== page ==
Each widget area (header, footer, sidebar, etc.) is now its own little Gutenberg editor.
Step 2: Adding Blocks To A Widget Area
Now, if you were used to locating the widget you want and dragging it to the appropriate area, you may be wondering how to do that with blocks. Well, it’s no different than adding them in Gutenberg.
Simply click on the widget area you wish to customize and click on the “+” button to add a new block.
This is identical to the Gutenberg editor. Almost all of the blocks are the same, however, some plugins may add exclusive blocks that only appear when accessing the widget area.
You can find out if a plugin does it by checking their official page.
However, you can actually still use all of the old widgets. They are found by adding a Legacy Widget block.
You can then use the drop-down to select a pre-existing widget in its original form. Though, that’s really just clinging on to the old ways.
Instead, you can use the blocks to achieve the same results. Heck, you can do even more than before.
That’s because each block can be customized more than a widget can.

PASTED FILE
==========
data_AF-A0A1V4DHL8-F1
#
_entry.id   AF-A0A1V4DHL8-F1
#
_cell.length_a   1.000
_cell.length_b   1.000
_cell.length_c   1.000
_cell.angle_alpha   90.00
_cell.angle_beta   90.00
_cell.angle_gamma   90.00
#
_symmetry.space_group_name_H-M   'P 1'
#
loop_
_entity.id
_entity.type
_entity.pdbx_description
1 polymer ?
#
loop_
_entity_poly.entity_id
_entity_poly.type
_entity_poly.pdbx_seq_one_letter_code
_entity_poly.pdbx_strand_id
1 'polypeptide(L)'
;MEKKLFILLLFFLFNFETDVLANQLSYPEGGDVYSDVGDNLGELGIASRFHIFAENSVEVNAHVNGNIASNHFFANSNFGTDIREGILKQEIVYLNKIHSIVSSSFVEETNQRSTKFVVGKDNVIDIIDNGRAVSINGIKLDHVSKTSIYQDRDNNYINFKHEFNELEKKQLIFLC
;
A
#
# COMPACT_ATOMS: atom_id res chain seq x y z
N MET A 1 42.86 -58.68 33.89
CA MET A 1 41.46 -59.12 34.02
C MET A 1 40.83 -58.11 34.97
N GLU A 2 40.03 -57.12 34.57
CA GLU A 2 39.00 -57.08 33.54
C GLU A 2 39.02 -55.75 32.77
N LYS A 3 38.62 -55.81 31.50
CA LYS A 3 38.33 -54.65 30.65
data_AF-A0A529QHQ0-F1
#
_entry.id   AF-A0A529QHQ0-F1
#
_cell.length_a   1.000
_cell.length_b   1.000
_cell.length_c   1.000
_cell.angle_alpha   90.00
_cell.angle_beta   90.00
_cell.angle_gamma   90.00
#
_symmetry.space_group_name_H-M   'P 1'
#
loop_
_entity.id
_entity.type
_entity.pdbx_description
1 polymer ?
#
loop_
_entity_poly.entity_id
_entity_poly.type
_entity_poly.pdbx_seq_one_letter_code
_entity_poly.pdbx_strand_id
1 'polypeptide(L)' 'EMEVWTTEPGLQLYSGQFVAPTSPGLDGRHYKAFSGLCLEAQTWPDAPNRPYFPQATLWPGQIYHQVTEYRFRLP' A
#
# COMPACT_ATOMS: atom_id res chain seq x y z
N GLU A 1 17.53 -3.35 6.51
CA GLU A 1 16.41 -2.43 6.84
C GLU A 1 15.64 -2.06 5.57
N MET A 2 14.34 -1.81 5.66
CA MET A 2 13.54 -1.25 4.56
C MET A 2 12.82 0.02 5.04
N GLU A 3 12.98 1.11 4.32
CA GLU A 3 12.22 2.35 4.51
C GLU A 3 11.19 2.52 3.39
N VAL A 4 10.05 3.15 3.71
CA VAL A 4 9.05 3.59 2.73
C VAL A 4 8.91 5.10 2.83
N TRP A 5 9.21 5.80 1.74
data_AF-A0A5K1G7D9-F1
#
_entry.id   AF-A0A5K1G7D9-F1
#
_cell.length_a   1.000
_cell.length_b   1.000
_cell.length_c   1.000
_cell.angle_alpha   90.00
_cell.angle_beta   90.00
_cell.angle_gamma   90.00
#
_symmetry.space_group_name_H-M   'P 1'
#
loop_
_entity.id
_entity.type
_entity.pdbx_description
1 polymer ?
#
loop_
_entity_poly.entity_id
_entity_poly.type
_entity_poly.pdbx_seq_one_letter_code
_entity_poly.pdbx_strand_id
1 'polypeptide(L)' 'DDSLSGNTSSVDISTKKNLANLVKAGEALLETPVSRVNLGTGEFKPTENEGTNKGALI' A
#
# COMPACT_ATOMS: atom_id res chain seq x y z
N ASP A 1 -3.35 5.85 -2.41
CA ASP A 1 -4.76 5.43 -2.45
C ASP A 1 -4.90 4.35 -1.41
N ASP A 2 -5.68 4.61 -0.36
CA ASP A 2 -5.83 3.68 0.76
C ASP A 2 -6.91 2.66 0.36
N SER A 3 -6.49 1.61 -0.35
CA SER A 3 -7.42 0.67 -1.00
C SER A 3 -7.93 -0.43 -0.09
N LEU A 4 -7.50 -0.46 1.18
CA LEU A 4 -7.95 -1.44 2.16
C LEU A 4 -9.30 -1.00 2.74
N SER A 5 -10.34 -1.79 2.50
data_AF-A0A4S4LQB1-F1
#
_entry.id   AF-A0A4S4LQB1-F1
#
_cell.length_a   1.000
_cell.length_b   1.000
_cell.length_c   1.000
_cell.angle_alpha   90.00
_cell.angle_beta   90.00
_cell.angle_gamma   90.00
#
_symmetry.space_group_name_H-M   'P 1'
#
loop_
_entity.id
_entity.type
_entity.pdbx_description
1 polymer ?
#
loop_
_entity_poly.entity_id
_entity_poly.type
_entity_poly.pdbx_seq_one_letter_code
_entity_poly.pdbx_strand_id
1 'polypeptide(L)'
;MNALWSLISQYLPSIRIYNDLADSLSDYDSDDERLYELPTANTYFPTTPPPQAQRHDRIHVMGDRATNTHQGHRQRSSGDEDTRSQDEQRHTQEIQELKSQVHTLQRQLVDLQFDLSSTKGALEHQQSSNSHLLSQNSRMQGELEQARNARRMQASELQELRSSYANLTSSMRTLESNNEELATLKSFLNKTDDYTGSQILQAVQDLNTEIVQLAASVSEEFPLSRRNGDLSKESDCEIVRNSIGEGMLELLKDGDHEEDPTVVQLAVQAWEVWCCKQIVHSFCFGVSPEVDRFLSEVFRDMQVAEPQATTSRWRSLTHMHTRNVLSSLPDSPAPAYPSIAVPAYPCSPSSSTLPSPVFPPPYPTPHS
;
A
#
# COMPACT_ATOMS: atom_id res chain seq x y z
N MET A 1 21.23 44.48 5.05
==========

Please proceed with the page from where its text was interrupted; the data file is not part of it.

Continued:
For example, every block has a settings section that you can customize. In this case, these are the settings you can find for the Paragraph block.
This allows you to control every aspect of the block. For those wondering about shortcodes and adding custom HTML, there are dedicated blocks for each one, Shortcode and Custom HTML respectively.
Step 3: Moving Blocks to different Widget Areas
You might want to change the location of where a block is currently, and in the past, all you needed to do was drag it to a new location.
However, you can actually do that here, but it can be deceptively hard to figure out.
If you click on a block, you will see a small toolbar appear above it. One of those options is actually for dragging the block to a different location and it looks like this:
Not only can you rearrange the block in a specific area, but you can also drag it to a new area entirely. Alternatively, you can click on the bending arrow to select a widget area to move it to.
Then, you just need to click on the desired location and your widget will move there. It’s actually much easier to use this than dragging it, but everyone has a preference.